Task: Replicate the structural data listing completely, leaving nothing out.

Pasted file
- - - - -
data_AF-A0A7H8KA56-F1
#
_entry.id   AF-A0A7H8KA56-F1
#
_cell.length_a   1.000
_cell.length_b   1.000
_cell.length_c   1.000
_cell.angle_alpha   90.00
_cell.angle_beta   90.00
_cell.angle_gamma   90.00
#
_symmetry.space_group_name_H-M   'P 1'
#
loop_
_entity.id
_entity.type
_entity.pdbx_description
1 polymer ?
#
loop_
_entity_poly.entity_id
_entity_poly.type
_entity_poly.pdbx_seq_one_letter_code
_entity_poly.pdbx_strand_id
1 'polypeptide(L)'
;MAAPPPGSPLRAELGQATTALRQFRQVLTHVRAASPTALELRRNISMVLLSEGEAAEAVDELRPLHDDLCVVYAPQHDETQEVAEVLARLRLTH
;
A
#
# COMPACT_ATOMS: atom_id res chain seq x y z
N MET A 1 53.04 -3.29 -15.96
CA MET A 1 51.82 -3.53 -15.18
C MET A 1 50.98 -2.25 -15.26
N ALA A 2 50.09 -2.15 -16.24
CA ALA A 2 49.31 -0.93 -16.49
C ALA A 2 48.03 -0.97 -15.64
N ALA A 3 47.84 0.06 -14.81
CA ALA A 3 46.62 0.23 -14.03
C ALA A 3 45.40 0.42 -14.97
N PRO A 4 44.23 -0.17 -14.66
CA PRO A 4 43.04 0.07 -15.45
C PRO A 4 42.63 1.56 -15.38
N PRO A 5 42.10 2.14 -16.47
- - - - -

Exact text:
data_AF-A0A7H8KA56-F1
#
_entry.id   AF-A0A7H8KA56-F1
#
_cell.length_a   1.000
_cell.length_b   1.000
_cell.length_c   1.000
_cell.angle_alpha   90.00
_cell.angle_beta   90.00
_cell.angle_gamma   90.00
#
_symmetry.space_group_name_H-M   'P 1'
#
loop_
_entity.id
_entity.type
_entity.pdbx_description
1 polymer ?
#
loop_
_entity_poly.entity_id
_entity_poly.type
_entity_poly.pdbx_seq_one_letter_code
_entity_poly.pdbx_strand_id
1 'polypeptide(L)'
;MAAPPPGSPLRAELGQATTALRQFRQVLTHVRAASPTALELRRNISMVLLSEGEAAEAVDELRPLHDDLCVVYAPQHDETQEVAEVLARLRLTH
;
A
#
# COMPACT_ATOMS: atom_id res chain seq x y z
N MET A 1 53.04 -3.29 -15.96
CA MET A 1 51.82 -3.53 -15.18
C MET A 1 50.98 -2.25 -15.26
N ALA A 2 50.09 -2.15 -16.24
CA ALA A 2 49.31 -0.93 -16.49
C ALA A 2 48.03 -0.97 -15.64
N ALA A 3 47.84 0.06 -14.81
CA ALA A 3 46.62 0.23 -14.03
C ALA A 3 45.40 0.42 -14.97
N PRO A 4 44.23 -0.17 -14.66
CA PRO A 4 43.04 0.07 -15.45
C PRO A 4 42.63 1.56 -15.38
N PRO A 5 42.10 2.14 -16.47